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Author’s books highlight haunted places around region
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"Haunted North Georgia" by Jim Miles - photo by For The Times

Every county in Georgia has at least one ghost story, and author Jim Miles has gathered them into three books.

“Haunted North Georgia,” “Haunted Central Georgia” and “Haunted South Georgia” were published by The History Press on Oct. 2.

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Jim Miles - photo by For The Times


“I have always wanted to do a book about Georgia to get the people to see it as one big whole. Being into paranormal, the idea struck me that I could collect one good story for every county in Georgia,” Miles said. “I really didn’t understand how hard that was going to be.”

Miles traveled to all 159 counties, as well as two counties that “went extinct” during the Great Depression. The completion of the books was a 10-year project for Miles.

“I wanted to find a story from every conceivable source, and probably the single best source were the old vertical files in libraries,” Miles said. “My wife and I went across the state to every regional and large library. We found ghost stories dating back 150 years.”

In Hall County, the library itself is also supposedly  haunted.

The Hall County Library System headquarters in downtown Gainesville has had multiple sightings and experiences with “The Lady of the Library,” sometimes known as “Elizabeth.”

 “Over a century ago the land was occupied by the home and cemetery of the Brown family. In 1926 the graves were removed to Alta Vista Cemetery and the house transported to Broad Street in Gainesville,” according to chapter 28 of Miles’ North Georgia book. “The property became the location of the Wheeler Hotel, where a woman was murdered. After the site hosted a drive-in bank, Hall County constructed the Gainesville branch and headquarters of the Hall County Library System there.”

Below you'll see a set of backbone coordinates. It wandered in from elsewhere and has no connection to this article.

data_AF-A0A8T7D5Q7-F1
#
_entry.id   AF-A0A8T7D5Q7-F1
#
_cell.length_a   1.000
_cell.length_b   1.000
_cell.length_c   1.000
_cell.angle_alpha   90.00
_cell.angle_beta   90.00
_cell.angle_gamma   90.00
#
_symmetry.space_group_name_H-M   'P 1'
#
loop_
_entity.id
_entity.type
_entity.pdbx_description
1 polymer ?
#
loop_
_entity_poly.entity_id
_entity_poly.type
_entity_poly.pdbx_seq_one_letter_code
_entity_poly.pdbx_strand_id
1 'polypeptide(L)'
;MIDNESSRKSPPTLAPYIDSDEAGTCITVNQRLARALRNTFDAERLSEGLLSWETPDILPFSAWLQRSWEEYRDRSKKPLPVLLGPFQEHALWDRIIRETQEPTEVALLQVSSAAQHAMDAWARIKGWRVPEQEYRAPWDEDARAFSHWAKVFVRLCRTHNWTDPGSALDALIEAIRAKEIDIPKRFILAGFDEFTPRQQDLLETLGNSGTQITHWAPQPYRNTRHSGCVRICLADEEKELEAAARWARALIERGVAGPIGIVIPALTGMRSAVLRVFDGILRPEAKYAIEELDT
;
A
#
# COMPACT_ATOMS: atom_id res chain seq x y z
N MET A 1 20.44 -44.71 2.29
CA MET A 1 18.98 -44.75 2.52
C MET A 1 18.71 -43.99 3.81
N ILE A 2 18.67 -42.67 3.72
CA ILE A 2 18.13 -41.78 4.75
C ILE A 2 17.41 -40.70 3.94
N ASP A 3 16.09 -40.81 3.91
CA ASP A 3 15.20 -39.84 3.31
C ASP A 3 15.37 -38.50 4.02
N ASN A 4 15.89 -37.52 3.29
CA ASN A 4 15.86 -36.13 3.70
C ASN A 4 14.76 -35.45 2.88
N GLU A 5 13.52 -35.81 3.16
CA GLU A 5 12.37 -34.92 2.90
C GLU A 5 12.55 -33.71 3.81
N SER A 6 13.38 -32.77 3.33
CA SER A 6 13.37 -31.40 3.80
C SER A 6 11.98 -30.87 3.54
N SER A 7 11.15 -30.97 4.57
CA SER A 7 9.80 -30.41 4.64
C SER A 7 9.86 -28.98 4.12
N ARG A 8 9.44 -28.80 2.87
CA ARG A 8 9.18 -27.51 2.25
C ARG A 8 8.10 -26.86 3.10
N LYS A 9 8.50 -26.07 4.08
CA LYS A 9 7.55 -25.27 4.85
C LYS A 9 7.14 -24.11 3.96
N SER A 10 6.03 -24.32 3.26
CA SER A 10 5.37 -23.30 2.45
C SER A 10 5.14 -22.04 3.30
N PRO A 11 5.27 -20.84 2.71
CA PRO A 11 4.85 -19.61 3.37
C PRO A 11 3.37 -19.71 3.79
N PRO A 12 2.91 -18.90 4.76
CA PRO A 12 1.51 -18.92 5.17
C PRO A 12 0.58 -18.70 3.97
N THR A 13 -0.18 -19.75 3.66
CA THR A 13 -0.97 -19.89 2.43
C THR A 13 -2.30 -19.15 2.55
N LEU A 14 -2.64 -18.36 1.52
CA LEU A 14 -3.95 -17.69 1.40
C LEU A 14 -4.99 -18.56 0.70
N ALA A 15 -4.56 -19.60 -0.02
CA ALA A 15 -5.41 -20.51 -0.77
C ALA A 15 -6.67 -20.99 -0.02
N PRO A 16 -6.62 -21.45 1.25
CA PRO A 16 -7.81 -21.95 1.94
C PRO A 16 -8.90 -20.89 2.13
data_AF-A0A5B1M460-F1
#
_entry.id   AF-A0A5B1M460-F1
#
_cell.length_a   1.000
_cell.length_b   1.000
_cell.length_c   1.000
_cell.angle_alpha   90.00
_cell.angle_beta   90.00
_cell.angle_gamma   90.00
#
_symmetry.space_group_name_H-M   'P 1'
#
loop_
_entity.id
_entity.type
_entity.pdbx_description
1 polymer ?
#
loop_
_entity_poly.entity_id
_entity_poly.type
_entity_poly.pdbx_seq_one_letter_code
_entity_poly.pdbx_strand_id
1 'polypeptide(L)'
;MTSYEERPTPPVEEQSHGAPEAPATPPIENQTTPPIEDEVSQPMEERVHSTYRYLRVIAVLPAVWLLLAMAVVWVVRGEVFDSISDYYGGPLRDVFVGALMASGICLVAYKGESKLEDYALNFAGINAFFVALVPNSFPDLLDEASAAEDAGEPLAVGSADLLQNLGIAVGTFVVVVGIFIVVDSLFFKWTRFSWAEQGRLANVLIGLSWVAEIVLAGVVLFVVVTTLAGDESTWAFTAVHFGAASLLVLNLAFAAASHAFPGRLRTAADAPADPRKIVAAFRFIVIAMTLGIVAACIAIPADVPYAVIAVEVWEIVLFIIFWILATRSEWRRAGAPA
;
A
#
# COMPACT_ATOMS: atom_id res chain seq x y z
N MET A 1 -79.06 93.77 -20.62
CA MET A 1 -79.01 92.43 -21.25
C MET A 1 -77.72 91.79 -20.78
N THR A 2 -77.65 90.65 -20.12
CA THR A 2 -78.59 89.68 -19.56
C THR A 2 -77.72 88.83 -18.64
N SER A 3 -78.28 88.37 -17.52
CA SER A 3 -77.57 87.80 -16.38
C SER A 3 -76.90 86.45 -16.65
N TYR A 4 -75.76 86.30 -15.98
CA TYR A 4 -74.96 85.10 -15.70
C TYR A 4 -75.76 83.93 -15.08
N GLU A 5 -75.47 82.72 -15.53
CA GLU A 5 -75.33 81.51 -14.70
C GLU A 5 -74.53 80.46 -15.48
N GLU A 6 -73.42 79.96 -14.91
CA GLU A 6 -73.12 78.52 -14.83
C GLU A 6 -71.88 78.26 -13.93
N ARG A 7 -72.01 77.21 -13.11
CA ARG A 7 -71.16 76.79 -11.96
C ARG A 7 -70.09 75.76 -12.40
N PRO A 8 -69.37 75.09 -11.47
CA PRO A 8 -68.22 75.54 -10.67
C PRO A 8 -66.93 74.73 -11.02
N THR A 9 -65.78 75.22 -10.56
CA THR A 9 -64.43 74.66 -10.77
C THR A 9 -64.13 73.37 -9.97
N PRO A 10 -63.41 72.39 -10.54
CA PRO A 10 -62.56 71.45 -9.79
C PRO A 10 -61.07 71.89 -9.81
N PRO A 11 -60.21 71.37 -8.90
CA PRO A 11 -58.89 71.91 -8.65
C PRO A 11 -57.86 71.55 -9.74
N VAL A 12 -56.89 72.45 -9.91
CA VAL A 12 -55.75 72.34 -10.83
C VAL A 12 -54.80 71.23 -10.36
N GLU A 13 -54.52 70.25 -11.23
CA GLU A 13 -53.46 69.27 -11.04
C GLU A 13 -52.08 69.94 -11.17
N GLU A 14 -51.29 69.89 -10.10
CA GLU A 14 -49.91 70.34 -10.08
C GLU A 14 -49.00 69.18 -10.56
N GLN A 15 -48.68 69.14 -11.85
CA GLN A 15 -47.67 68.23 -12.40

Those who have seen the woman, who dresses in black, set her in the Victorian era, according to Miles. Experiences include lights turned on and off, books found displaced from shelves and water turned on in the bathroom.

Miles said “ghosts are a shared cultural experience.”

“People love ghost stories. I do speaking engagements and book signings — people come up to me, and if they don’t have a personal story they can recount several stories by friends and family,” Miles said. “We all have some story, and we are willing to read about people who may have had the same or similar thing happen to them.”

North Georgia is home to more than its fair share of ghosts, from scenic antebellum mansions to restaurants, mills and even an outhouse, according to Miles.

The “Haunted North Georgia” synopsis notes a night watchman at an Elberton cotton mill becoming acquainted with three haunting visitors in his four decades at the mill, as well as hikers on Lookout Mountain surprised to discover a mysterious house eerily decorated with magical symbols and bones.